Personally, I prefer Printemps because it is less famous in the world hence there are less people and hence the shopping experience is more peaceful. The crowd is less shady as well. BE CAREFUL while shopping at Galeries Lafayette, this area, yet again, is really known for thieves and pickpockets. A friend of mine very recently had her Kelly bag stolen while trying shoes on at Chanel! It was gone in a blink of an eye, and because of the crowd it is almost impossible to trace it!

In case something is stolen, this is what you should do:
1) Go to the "Acceuil", the general desk, and report the theft.
2) Go to the nearest Commesariat de Police, which is at 14 bis rue Chauchat, 75009 Paris. It is within walking distance from the stores. They have many tourists reporting stolen things here so there will be at least one person who speaks English
3) Stop fretting, its GONE
4) Call the Malaysian Embassy, go there to make your temporary passport. You will need 2 passport size pictures and EUR13

So try to avoid this area on the weekends. Go during the weekdays early in the morning. ALWAYS pay attention to your belongings and bring a bag that has a zipper and keep it zipped at all times. Be defiant, and trust no one!

Metro: Havre Caumartin, Chaussée d'Antin La Fayette
Photos by Me

Wednesday, September 15, 2010

Hotel de Ville and Le Marais

Hotel de VilleBHV
My route today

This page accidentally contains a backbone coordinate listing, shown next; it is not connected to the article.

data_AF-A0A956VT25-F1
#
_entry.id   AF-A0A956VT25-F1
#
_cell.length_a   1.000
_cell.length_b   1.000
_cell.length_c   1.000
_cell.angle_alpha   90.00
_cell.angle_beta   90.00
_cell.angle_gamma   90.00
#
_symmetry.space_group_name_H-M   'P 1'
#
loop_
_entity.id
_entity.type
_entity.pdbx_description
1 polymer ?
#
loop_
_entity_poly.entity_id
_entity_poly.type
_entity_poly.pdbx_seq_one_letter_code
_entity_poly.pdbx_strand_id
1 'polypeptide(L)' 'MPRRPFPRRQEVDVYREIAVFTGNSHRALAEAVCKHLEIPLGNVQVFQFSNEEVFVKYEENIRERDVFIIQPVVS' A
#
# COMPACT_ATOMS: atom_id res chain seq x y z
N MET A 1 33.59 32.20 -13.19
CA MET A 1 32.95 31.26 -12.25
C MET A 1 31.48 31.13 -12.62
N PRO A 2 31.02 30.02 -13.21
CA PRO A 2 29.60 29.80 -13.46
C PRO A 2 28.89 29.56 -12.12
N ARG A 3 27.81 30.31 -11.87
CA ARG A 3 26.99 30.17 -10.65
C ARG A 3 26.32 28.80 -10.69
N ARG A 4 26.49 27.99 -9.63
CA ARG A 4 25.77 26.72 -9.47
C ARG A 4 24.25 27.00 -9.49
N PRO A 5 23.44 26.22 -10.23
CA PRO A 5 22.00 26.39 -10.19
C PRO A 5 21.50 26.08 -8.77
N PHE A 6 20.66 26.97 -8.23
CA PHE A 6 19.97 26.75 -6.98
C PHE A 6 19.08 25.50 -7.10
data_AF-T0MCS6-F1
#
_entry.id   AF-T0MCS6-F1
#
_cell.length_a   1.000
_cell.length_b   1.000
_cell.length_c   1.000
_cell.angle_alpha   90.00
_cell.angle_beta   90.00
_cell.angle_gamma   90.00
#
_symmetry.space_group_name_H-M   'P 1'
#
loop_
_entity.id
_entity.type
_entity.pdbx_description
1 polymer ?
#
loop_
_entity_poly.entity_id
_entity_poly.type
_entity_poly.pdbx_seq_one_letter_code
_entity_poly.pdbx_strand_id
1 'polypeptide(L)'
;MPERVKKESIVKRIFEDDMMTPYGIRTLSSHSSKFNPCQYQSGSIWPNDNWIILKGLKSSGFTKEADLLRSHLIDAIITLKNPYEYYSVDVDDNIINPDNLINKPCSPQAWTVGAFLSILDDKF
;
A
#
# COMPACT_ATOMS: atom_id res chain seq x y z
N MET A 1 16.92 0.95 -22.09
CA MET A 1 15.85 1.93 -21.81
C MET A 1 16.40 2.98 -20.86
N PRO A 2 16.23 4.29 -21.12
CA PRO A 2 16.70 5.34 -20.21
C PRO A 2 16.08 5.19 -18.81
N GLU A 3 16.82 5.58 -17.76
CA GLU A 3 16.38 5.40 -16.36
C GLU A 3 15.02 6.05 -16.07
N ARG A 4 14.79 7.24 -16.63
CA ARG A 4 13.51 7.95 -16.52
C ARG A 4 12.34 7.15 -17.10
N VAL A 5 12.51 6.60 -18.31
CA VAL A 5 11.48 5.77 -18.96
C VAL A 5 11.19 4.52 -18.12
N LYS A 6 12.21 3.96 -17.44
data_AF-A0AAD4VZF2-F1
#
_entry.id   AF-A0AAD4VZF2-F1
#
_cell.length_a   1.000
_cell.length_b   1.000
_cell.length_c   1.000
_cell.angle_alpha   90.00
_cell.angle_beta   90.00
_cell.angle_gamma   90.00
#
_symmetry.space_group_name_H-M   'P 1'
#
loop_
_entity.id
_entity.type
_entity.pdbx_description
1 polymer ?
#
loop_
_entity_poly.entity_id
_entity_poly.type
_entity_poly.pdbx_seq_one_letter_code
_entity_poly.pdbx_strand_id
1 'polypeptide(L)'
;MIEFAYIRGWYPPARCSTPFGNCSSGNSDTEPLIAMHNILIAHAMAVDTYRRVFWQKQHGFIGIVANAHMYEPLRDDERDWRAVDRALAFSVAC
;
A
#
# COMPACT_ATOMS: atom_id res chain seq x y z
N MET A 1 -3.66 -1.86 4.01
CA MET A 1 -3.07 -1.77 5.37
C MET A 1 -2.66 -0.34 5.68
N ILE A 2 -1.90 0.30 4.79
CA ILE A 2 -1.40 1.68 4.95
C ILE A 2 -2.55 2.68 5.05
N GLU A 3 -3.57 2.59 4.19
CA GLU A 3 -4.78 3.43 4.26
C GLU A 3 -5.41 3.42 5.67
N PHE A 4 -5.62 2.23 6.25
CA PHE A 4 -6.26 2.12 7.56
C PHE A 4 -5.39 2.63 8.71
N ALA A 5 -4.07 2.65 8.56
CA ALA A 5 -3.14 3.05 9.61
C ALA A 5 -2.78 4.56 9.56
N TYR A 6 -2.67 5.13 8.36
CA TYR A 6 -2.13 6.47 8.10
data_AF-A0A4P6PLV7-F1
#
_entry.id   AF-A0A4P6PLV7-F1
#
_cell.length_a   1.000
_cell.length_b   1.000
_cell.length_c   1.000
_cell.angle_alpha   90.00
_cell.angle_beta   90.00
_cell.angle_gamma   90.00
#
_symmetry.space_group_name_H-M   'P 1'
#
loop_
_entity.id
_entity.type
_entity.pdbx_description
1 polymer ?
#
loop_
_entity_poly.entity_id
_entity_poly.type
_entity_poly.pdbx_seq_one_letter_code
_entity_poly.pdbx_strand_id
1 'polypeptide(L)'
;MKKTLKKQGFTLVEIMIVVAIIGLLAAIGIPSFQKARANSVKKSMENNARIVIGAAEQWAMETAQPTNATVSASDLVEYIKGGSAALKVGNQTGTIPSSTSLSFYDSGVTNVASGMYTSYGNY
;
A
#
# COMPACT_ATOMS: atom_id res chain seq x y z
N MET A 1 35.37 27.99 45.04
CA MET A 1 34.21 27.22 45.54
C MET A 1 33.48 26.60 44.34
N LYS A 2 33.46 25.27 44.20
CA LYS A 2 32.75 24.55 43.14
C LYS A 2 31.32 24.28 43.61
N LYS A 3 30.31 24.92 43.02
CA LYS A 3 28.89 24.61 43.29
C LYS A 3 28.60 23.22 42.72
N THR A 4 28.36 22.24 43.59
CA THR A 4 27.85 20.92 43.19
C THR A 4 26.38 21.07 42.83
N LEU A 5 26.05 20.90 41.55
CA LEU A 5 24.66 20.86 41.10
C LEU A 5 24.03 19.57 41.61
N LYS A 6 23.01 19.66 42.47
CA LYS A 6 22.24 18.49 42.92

After a much needed aromatic oil massage with J.B today, I decided to walk over to Le Marais to get some frozen yogurt. I use times like this to talk to myself, to mentally plan things, to think about who to delete on my facebook, you know, things that need attention! From Bastille I walk down rue Saint-Antoine, that then becomes rue de Rivoli, and I turn right at rue Vieille du Temple and head towards MyBerry. I was the happiest girl in the world when I discovered MyBerry with I.M. a few years ago, the closest thing we could find to Red Mango in NYC! Although they don't offer mochi toppings here, the endless supply of fresh seasonal fruits is sufficient enough for this gourmande.

From there, I head towards Hotel de Ville. Every time I walk by, I think of my dearest Daddy. When he saw Hotel de Ville for the first time, he said out loud "hotel ni mesti mahal ni!", meaning "this hotel must be real expensive!". I chuckled, then laughed my @$ off, and had to explain to him that it is not a hotel! Hotel de Ville = building of the city = city hall.

This City Hall is the main City Hall of Paris, and also the City Hall of the first arrondissement. So if you live in the first, this is where you get married, get divorced, and get papers done. Each of the 20 arrondissements in Paris have its own City Halls and its own Mayor.

Right next door is Bazar Hotel de Ville, one of my favorite places to waste time! You can get everything you need here, from clothes to perfume to towels and linen to toasters and mixers. Like its name says, its a complete bazaar, set like a department store with different levels for different needs. I love it! Where else in the city can you find wooden cutouts of the alphabet and magenta colored envelopes?!? Nowhere!